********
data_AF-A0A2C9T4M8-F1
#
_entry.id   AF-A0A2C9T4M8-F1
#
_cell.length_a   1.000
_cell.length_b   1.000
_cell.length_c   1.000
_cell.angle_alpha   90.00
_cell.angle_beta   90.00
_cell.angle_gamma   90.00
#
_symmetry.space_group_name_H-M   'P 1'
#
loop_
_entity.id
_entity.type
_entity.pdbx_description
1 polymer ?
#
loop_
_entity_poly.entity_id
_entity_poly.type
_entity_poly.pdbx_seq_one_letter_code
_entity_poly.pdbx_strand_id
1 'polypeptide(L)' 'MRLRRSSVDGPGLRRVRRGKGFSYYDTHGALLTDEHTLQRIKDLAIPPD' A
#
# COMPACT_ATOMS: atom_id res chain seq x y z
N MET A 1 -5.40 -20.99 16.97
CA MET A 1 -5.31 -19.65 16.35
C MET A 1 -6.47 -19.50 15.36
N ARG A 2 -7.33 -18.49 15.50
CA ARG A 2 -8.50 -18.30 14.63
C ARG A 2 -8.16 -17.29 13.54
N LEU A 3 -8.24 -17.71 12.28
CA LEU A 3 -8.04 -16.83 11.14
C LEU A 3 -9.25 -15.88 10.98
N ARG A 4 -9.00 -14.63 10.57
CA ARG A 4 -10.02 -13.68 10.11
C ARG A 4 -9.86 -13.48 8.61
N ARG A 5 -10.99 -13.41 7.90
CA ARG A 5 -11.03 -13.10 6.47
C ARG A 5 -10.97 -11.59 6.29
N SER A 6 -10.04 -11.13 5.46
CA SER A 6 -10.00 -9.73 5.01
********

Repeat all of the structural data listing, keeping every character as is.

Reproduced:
data_AF-A0A2C9T4M8-F1
#
_entry.id   AF-A0A2C9T4M8-F1
#
_cell.length_a   1.000
_cell.length_b   1.000
_cell.length_c   1.000
_cell.angle_alpha   90.00
_cell.angle_beta   90.00
_cell.angle_gamma   90.00
#
_symmetry.space_group_name_H-M   'P 1'
#
loop_
_entity.id
_entity.type
_entity.pdbx_description
1 polymer ?
#
loop_
_entity_poly.entity_id
_entity_poly.type
_entity_poly.pdbx_seq_one_letter_code
_entity_poly.pdbx_strand_id
1 'polypeptide(L)' 'MRLRRSSVDGPGLRRVRRGKGFSYYDTHGALLTDEHTLQRIKDLAIPPD' A
#
# COMPACT_ATOMS: atom_id res chain seq x y z
N MET A 1 -5.40 -20.99 16.97
CA MET A 1 -5.31 -19.65 16.35
C MET A 1 -6.47 -19.50 15.36
N ARG A 2 -7.33 -18.49 15.50
CA ARG A 2 -8.50 -18.30 14.63
C ARG A 2 -8.16 -17.29 13.54
N LEU A 3 -8.24 -17.71 12.28
CA LEU A 3 -8.04 -16.83 11.14
C LEU A 3 -9.25 -15.88 10.98
N ARG A 4 -9.00 -14.63 10.57
CA ARG A 4 -10.02 -13.68 10.11
C ARG A 4 -9.86 -13.48 8.61
N ARG A 5 -10.99 -13.41 7.90
CA ARG A 5 -11.03 -13.10 6.47
C ARG A 5 -10.97 -11.59 6.29
N SER A 6 -10.04 -11.13 5.46
CA SER A 6 -10.00 -9.73 5.01